Recordings of March 1996: Copland & Menotti Piano Concertos; Breaking Silence
MENOTTI: Piano Concerto in F
Earl Wild, piano; Jorge Mester (Menotti), Aaron Copland (Copland), Symphony of the Air
Analogue Productions APC 029 (LP). Seymour Solomon, prod.; Jack Bryant, Ed Fiedner, engs.; Doug Sax, Gavin Lurssen, Ron Lewter. remastering engs. AAA. TT: 49:23
Also available on a spectacular CD transfer: Vanguard SVC-3.
JANIS IAN: Breaking Silence
Analogue Productions APP 027 (LP), CAPP 027 (Gold CD*). Janis Ian, prod.; Jeff Balding, prod., eng. AAA/AAD.* TTs: 44:34, 48:50*
Each of these releases is an example of the extremely high-quality reissues Analogue Productions has been quietly producing over the last few years. With luxurious packaging, superlative sound quality, 180-gram virgin vinyl pressings—or, for the Janis Ian CD, 24K gold plating—this enterprise has to be reckoned a class act. The two releases chosen for this month's Recordings of the Month also highlight the diversity of AP's selections.
Neither the Copland nor the Menotti has been recorded very frequently—in fact, I'm not positive the Menotti has ever received another recording, although the Copland boasts a satisfying Bernstein/Copland reading. Don't take the paucity of recordings as an indictment of the works; while they may not scale the Olympian heights of the "Emperor," they're charmingly brash and idiomatic. It's hard to imagine them receiving a more sympathetic reading than Wild's—his prodigious technique and easy mastery of the scores' jazz and popular elements reveal how attuned he was to their demands. While he does emphasize their inherent vigor, he never descends into coarseness, playing always with delicacy and precision.
The recording tends to highlight the piano a tad too prominently, a common failing in concerto recordings—many engineers can't resist the compulsion to focus on the soloist as the star, rather than charting the far more interesting conversation between soloist and orchestra. That cavil aside, this disc is a stunner. There is phenomenally deep bass—particularly the bass drum in the Copland—wide soundstaging, and exemplary center-fill chock-full of depth and delicate decay. Kudos to AP for reviving these engaging works in most wondrous performances.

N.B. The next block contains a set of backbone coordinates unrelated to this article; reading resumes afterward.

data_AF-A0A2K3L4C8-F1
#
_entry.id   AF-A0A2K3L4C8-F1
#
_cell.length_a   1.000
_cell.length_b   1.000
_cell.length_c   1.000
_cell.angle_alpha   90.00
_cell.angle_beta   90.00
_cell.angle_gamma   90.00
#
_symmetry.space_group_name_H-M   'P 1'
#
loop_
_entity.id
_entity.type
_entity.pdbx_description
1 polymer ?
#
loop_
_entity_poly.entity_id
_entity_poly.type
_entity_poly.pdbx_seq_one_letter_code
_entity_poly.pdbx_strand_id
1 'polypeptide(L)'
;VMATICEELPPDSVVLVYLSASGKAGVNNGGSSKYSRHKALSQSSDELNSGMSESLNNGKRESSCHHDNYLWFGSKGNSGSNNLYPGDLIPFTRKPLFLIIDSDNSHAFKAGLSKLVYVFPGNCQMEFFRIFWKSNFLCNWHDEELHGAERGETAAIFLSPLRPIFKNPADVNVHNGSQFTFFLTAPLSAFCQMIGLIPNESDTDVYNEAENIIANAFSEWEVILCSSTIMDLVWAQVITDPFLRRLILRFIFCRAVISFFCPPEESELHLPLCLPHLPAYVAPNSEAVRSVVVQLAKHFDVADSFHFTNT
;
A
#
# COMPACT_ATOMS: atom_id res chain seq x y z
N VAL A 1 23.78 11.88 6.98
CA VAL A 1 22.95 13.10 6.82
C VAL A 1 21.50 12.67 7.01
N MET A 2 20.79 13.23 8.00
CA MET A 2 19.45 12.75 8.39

Janis Ian's Breaking Silence consistently shows up on audiophile lists of reference popular recordings. Deservedly so—Ian points out in the liner notes that no synths, limiters, or samples were used during recording. In any case, the sonic purity is clearly audible: Simply recorded drums, guitars, bass, harmonica, and (of course) Ian's voice manifest an intimate setting for these direct, personal songs. Breaking Silence also broke from the mold of Ian's earlier albums; it's not preachy or self-consciously topical. The unguarded nature of the songs is reflected in Ian's vocal delivery, which eschews the broad vibrato that, for me, marred her earlier efforts.
While Breaking Silence has always sounded good, Analogue Productions' CD and LP sound even better. The quiet, supremely flat vinyl offers an even clearer sense of intimate space than did the originals, and the improvements in bottom-end extension are nothing short of mind-boggling. Harmonic overtones, whether from guitar string or cymbal, ring out with greater clarity and an increased sense of their inevitable decay.
Some long-time lovers of Breaking Silence have complained that the LP omits "Guess You Had To Be There" due to timing constraints—which is a pity, for it's a great song. But I'd have a hard time choosing to eliminate any of the other songs from the disc. The CD has them all, and is as close a match for the LP as any I've ever heard.
I suppose my favorite piece here is "What About the Love?"—an indictment of ugly religion, economic Darwinism, and a society that discards those it uses up. As social protest songs go, it runs a fairly consistent course—but it doesn't end there. Looking in the mirror, "I saw my pointing finger / pointing back at me / saying—Who named you accuser? / Who gave you the scales?" It's Ian's honesty, her ability to stare at her own shortcomings and not flinch, that makes Breaking Silence worth shouting about.—Wes Phillips